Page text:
Shwachman-Diamond syndrome

Shwachman-Diamond syndrome

Aminu Mohammed, MD

Aminu Mohammed is a pediatric gastroenterologist at GI Care for Kids, where he leads the efforts on pancreatic disorders.

Shwachman-Diamond Syndrome (SDS) is rare inherited condition that mostly affects the:

  • bone marrow
  • pancreas 
  • bones 

An abnormal gene (known as the SBDS gene) from each parent is passed on to a child. The two genes together cause the making a protein (SBDS protein) that interferes with how the tissues function.

Pancreas problems in Shwachman-Diamond Syndrome

In SDS, the pancreas does not produce enough digestive enzymes to help breakdown and use the nutrients from food. This condition is known as exocrine pancreatic insufficiency (EPI) .

Shwachman-Diamond syndrome

Those with EPI often have:

  • fatty, foul-smelling stools 
  • malnutrition
  • malabsorption
  • poor weight gain

Fortunately, the pancreatic problems can be improved by pancreatic enzyme replacement therapy (PERT) and extra vitamins.

Bone problems in Shwachman-Diamond Syndrome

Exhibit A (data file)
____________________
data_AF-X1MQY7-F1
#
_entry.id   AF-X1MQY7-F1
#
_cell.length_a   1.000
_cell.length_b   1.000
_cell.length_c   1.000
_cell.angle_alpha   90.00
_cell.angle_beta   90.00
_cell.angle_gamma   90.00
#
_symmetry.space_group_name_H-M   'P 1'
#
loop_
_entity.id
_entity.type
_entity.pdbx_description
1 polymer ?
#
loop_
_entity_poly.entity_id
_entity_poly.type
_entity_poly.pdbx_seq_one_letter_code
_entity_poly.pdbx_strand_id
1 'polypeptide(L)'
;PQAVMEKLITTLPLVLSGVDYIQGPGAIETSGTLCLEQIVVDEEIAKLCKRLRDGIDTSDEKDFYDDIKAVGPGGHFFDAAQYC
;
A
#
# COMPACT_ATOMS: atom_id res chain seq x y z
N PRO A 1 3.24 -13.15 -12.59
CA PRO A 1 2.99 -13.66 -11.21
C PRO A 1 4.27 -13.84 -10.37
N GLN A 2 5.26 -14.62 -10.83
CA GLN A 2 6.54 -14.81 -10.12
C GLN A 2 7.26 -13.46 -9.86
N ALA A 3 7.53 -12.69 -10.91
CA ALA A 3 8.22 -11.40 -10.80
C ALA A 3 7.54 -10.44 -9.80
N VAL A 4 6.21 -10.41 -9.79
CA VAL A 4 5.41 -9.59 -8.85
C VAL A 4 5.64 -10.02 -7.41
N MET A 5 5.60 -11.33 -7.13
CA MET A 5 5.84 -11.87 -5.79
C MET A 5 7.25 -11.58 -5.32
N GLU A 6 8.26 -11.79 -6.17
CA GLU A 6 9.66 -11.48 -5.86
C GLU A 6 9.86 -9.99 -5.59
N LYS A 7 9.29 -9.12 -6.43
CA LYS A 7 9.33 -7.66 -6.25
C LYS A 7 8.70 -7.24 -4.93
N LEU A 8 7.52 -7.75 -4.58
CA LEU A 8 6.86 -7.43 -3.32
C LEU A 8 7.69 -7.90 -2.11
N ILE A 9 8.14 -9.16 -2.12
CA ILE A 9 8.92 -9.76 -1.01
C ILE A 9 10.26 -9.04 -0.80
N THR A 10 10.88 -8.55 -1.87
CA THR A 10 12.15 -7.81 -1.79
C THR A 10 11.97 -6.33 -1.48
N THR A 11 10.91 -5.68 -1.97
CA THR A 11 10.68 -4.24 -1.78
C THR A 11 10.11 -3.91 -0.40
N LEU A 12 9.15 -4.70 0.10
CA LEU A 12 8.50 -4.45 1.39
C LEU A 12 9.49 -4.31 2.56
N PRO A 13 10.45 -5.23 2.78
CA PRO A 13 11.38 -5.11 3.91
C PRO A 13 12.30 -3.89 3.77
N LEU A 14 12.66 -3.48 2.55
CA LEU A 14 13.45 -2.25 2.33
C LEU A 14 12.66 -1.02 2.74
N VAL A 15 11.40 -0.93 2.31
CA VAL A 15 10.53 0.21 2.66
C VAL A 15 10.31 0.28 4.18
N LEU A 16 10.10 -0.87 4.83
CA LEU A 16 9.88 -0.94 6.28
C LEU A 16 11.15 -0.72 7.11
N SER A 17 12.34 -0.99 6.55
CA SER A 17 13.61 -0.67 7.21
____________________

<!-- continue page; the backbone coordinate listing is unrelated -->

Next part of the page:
In SDS, problems with bone formation and growth often affects the hips and knees. Many will have low bone density and poor growth so they are often shorter than their friends. Some infants have narrow rib cage and short ribs causes breathing problems that can be life threatening. 

Bone marrow problems in Shwachman-Diamond Syndrome

The bone marrow does not function properly leading to a decrease in the production of some or all of its white blood cells. A decrease in the number of neutrophils, (type of white blood cell) known as neutropenia, can increase the likelihood of bacterial infections such as pneumonia, skin and ear infections. Less commonly, the bone marrow malfunction can lead to a decrease in the number of red blood cells and platelets or to leukemia. The decrease in number of red blood cells can lead to anemia which causes weakness, pallor and fatigue. The decrease in the number of platelets can result in easy bruising and abnormal bleeding. Medications can stimulate the bone marrow to make more red and white blood cells. Blood transfusions and platelets can help and when necessary, stem cell transplantation can be done.

How Parents Can Help

Parents can love, nurture and support their children with Shwachman – Diamond Syndrome, and make sure they get the medical attention they need for their blood and bone disorders.

The good news is that parents can 

  • Load up on healthy calories at meals and snacks
  • Balance the protein and calories with pancreatic enzymes at meals and snack time to replace what's missing.
  • Supplement with Vitamins A, D, E and K, since extra is needed because of their poor absorption.

Subscribe Be the first to know